Yaron Kassner, CTO of Silverfort, delves into the pros and cons of transparency when it comes to cybersecurity tools’ algorithms.
Many cybersecurity tools use engines that calculate risk for events in customer environments. The accuracy of these risk engines is a major concern for customers, since it determines whether an attack is detected or not.
Therefore, organizations often request visibility into how a risk engine actually works. Let’s consider whether disclosing a security product’s algorithm is the best approach.
The Pros of Visibility into a Risk Engine
On the one hand, providing visibility into a risk engine enables an organization to know exactly what it is buying and to test the capabilities in a proof of concept (PoC). It also provides the buyer with a sense of control. Some vendors allow customers to modify the parameters of their risk algorithm in order to fine-tune results based on their specific needs.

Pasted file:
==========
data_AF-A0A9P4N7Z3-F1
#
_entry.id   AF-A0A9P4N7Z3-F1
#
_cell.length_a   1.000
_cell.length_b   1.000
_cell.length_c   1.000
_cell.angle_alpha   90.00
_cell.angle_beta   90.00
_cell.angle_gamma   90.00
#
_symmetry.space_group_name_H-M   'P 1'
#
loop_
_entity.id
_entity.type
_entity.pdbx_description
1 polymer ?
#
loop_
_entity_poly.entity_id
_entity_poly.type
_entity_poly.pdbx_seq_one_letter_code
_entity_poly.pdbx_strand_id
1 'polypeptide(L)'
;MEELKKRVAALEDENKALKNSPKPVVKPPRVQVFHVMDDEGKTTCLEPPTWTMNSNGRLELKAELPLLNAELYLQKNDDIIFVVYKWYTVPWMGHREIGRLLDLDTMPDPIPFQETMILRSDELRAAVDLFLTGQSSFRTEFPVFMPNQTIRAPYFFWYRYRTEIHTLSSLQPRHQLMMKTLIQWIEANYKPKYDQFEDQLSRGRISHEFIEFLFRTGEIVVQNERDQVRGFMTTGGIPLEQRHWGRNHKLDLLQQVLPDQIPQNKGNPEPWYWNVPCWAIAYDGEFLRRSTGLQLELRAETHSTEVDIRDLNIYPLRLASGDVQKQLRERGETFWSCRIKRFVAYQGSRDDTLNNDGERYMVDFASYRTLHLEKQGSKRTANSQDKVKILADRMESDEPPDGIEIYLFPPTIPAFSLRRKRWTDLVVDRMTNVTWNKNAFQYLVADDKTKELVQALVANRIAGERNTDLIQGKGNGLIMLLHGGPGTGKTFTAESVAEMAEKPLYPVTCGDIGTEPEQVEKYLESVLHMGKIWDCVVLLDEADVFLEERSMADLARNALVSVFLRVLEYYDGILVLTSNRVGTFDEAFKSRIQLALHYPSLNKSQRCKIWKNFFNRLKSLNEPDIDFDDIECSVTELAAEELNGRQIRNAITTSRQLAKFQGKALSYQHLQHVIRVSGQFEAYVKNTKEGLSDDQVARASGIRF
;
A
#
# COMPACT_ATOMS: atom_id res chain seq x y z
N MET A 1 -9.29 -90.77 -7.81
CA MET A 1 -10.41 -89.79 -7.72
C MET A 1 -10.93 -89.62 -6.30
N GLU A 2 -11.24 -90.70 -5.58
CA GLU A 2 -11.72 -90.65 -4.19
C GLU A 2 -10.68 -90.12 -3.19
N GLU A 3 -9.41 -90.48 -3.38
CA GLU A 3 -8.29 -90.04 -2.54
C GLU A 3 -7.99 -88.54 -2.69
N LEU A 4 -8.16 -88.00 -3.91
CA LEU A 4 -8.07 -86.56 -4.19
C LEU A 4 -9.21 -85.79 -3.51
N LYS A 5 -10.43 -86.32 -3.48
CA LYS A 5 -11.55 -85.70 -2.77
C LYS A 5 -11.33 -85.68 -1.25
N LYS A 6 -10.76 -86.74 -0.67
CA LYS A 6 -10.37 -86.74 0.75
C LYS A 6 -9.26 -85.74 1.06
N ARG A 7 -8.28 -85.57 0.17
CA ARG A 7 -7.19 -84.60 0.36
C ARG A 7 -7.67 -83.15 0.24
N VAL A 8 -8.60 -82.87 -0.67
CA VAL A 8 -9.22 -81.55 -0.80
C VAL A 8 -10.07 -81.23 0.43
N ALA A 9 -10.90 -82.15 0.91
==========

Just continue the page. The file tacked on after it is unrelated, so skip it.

But while this approach allows far greater customization, only a small number of companies have the resources and domain expertise required to make modifications that can distinguish between normal behavior and an attack.
In addition, understanding the risk algorithm enables customers to distinguish between bugs and algorithm